Friday, January 18, 2008

Responsibility Is PART of Pet Ownership, You Know

Beckett's fine. I think you should know that before I go on my rant. He's fine, but I'm very angry.

I took him on his walk this morning. I would say "as per usual," but with the cold weather/snow/me feeling crappy, his morning walks aren't as "usual" as they should be. But we've gone to bed ridiculously early for the past couple nights, so despite the cold I did manage to get up and out the door.

When we were almost home, less than a block away, I was already thinking about my grapefruit juice and cherry pop tart. My head was down, burrowed into my coat, because the wind was hitting us directly in the face. Therefore, with my vision restricted to the mere two feet of sidewalk directly in front of my feet, my first indication of imminent danger was the sound of a man shouting frantically.

I looked up to see a much larger dog bearing down on Beckett. His twin was close on his heels, and following behind the two of them was the frantic man, running in a t-shirt, boxer shorts, and loafers.

I'm never sure exactly what to do. Get between the dogs? Try and grab the dog myself and risk getting bitten? The first dog got to Beckett and immediately starting nipping at his hind quarters. He wasn't there to bark—he meant business.

The guy tackled the first dog and started dragging him away, but of course that meant it was the second dog's chance to attack. And Beckett, next to my legs and on a short leash, was a sitting duck. He nipped back, but he was at least 20 pounds lighter. It was definitely not a fair fight.

It probably went on this way for a few minutes. It's hard to tell when everything is happening so quickly, yet in slow motion. The guy would wrangle one beast, just to have the other loose. I would try and get between the attacking dog and Beckett, shouting "No!" and pointing my finger menacingly, but I didn't want to get too close.

Finally, Beckett and I broke away. I'm not even sure exactly how. If the guy managed to catch both dogs at the same time, or if one lost interest ... I don't know. I didn't look back to check. We just ran around the corner to our street to catch our breath.

Actually, I needed to catch my breath. And as we resumed walking, I noticed my legs were trembling. Beckett, however, was not phased. He trotted along, sniffing snow piles, peeing on trees, and even grabbing a frozen squirrel carcass for a treat. (Even though I felt bad for him after the experience, I still made him drop it.) I was very glad that Beckett was untraumatized and unhurt, but the experience left a very bitter taste in my mouth.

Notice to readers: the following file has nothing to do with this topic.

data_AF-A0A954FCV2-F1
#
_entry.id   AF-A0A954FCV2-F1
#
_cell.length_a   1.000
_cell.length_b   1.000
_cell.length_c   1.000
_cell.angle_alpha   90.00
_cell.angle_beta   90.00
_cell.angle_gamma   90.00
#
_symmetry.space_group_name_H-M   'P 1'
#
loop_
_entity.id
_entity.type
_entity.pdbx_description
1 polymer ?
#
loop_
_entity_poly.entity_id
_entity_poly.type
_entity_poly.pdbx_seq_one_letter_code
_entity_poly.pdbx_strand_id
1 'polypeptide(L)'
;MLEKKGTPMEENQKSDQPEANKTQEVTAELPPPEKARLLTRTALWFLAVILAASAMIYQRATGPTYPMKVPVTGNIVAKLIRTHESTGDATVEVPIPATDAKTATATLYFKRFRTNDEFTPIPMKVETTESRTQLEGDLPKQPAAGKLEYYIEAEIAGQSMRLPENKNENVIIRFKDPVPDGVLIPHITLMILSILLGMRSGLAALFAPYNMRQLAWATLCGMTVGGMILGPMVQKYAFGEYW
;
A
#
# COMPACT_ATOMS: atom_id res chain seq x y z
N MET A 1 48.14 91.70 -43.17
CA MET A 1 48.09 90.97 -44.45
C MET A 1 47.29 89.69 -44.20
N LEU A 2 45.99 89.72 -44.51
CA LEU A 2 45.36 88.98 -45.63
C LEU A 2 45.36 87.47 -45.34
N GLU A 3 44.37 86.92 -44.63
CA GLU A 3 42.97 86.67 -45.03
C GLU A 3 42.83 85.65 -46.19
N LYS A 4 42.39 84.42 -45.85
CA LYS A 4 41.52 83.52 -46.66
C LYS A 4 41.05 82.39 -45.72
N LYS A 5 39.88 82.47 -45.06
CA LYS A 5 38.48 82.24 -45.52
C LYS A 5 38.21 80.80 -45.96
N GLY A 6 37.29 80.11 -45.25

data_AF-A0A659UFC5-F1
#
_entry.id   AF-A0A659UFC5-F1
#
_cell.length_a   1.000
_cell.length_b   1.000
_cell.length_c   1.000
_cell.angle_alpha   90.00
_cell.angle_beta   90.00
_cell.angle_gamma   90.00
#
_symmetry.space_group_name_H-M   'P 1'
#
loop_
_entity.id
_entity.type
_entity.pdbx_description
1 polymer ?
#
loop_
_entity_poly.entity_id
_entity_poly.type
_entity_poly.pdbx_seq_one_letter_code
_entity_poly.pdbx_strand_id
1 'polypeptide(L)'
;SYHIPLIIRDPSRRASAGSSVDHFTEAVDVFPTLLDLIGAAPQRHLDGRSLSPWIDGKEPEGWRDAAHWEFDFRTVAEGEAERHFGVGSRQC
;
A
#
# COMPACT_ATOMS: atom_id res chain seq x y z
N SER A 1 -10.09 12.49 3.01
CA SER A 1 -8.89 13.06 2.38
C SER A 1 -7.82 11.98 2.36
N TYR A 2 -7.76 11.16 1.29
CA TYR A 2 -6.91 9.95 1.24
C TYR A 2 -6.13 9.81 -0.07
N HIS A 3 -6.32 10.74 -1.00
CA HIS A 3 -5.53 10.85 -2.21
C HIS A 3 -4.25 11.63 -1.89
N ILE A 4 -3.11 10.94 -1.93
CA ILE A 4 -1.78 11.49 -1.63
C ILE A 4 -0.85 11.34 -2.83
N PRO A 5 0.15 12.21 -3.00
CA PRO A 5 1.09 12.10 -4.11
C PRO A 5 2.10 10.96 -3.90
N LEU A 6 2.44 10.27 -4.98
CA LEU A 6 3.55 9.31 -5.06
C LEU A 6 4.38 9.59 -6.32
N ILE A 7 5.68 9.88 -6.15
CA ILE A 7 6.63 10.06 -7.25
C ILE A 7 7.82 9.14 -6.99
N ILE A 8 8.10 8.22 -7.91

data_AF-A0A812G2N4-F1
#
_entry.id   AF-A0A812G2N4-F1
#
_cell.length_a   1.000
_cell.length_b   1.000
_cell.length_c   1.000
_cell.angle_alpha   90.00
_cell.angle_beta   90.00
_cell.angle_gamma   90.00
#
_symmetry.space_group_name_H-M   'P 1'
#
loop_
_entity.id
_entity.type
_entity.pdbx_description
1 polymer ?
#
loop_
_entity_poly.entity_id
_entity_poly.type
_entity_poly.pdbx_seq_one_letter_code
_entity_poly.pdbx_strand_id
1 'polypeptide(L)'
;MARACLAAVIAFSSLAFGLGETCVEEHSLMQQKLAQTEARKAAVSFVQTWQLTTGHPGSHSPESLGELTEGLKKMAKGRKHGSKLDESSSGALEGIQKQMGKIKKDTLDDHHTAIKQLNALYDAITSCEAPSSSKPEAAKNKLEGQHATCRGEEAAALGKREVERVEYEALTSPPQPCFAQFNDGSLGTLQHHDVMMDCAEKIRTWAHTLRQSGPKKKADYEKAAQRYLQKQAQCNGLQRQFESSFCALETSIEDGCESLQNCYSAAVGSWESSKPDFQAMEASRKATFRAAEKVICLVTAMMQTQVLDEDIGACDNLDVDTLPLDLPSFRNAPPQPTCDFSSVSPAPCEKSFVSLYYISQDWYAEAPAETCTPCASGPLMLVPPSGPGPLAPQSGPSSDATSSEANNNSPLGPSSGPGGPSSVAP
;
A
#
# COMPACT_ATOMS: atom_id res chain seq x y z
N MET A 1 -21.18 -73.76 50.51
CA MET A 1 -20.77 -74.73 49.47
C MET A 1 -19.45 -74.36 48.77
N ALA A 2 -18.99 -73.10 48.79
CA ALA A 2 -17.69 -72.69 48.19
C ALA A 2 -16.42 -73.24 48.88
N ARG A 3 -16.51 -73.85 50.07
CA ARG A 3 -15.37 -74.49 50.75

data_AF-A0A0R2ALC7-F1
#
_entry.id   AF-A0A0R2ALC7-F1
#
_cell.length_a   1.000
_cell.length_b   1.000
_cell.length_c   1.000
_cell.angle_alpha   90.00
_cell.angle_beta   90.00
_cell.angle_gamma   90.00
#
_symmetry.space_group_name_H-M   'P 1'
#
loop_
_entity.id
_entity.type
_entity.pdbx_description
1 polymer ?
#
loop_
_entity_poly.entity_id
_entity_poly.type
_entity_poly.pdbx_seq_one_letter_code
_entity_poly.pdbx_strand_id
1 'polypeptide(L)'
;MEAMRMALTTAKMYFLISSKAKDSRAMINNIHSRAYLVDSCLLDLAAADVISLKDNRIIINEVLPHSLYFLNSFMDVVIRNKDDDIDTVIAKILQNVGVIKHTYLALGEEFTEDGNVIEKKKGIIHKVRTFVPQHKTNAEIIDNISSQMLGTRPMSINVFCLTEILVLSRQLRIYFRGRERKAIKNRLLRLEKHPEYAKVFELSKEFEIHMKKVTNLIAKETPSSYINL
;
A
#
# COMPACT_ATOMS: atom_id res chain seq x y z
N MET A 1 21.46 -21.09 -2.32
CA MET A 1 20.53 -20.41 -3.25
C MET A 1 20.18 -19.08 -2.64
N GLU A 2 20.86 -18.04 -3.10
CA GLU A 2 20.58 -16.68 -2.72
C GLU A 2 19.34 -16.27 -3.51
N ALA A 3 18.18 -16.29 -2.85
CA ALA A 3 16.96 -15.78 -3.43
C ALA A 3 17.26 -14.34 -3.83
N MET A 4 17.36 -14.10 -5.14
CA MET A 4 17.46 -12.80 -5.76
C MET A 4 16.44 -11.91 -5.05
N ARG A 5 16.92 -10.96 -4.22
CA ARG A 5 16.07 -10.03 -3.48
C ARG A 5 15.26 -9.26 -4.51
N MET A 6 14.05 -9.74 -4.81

We live in a city. A CITY. With lots of people and animals in a small, condensed area. Why do dog owners refuse to take responsibility for maintaining control over their pets? It's the people who let them out into the yard without any boundaries, or the ones who let them off the leash while walking ... when they come and act aggressive towards our dog—and they always do—the owners act so surprised. What the hell did you think was going to happen?!? You're going to tell me this is the FIRST time you've ever let him off the leash, and really he's such a gentle dog at home?

That is completely irresponsible, and you are putting myself and my dog in danger because you won't be in control of your pet. And I just don't know what I can do about it. I understand that sometimes the dog escapes unexpectedly. I'm not talking about that kind of situation. I'm talking about when the dog owner willingly abdicates control.

As the innocent party, walking my under-control dog on a leash at all times, what am I supposed to do about it? If one of those dogs today was determined to seriously hurt Beckett, I don't think I could have stopped it. And the owner would have pretended to be surprised (although his immediate frantic reaction shows that he knows his dogs are aggressive). He would have said he'd never seen it coming.

We won't stop walking and running Beckett. He loves it, he needs it, and I think we would become irresponsible pet owners if we denied our dog this exercise. (Plus our furniture would be much the worse for the wear.) But I don't think a question of whether this scenario will be repeated again; it's a question of when. And whether we're all lucky enough to escape unharmed.

4 comments:

Jonathan said...

Timely post. I have been getting more and more annoyed with "people" - for more than just them walking dogs - for a while.

It's just the THOUGHTLESSNESS that annoys the hell out of me.

M. Lubbers said...

My level of frustration with "people" is, understandably, directly related to the amount of time I'm forced to interact with them. So for me, it always increases when I have a longer commute--if I were you, I would have completely given up on mankind during that year or so of commuting to London!

I tend to think it's not thoughtlessness as much as a sense of entitlement. Sure, traffic laws and animal control laws are important for OTHER PEOPLE, but I'm an important and busy person. They don't apply to me.

Anonymous said...

Perhaps this is the last time you leave the gun and take the cannoli.

tjm

M. Lubbers said...

Mmmm, you're making me hungry for Italian food. Cannoli ...

(But seriously, I've decided to buy some pepper spray to take with me.)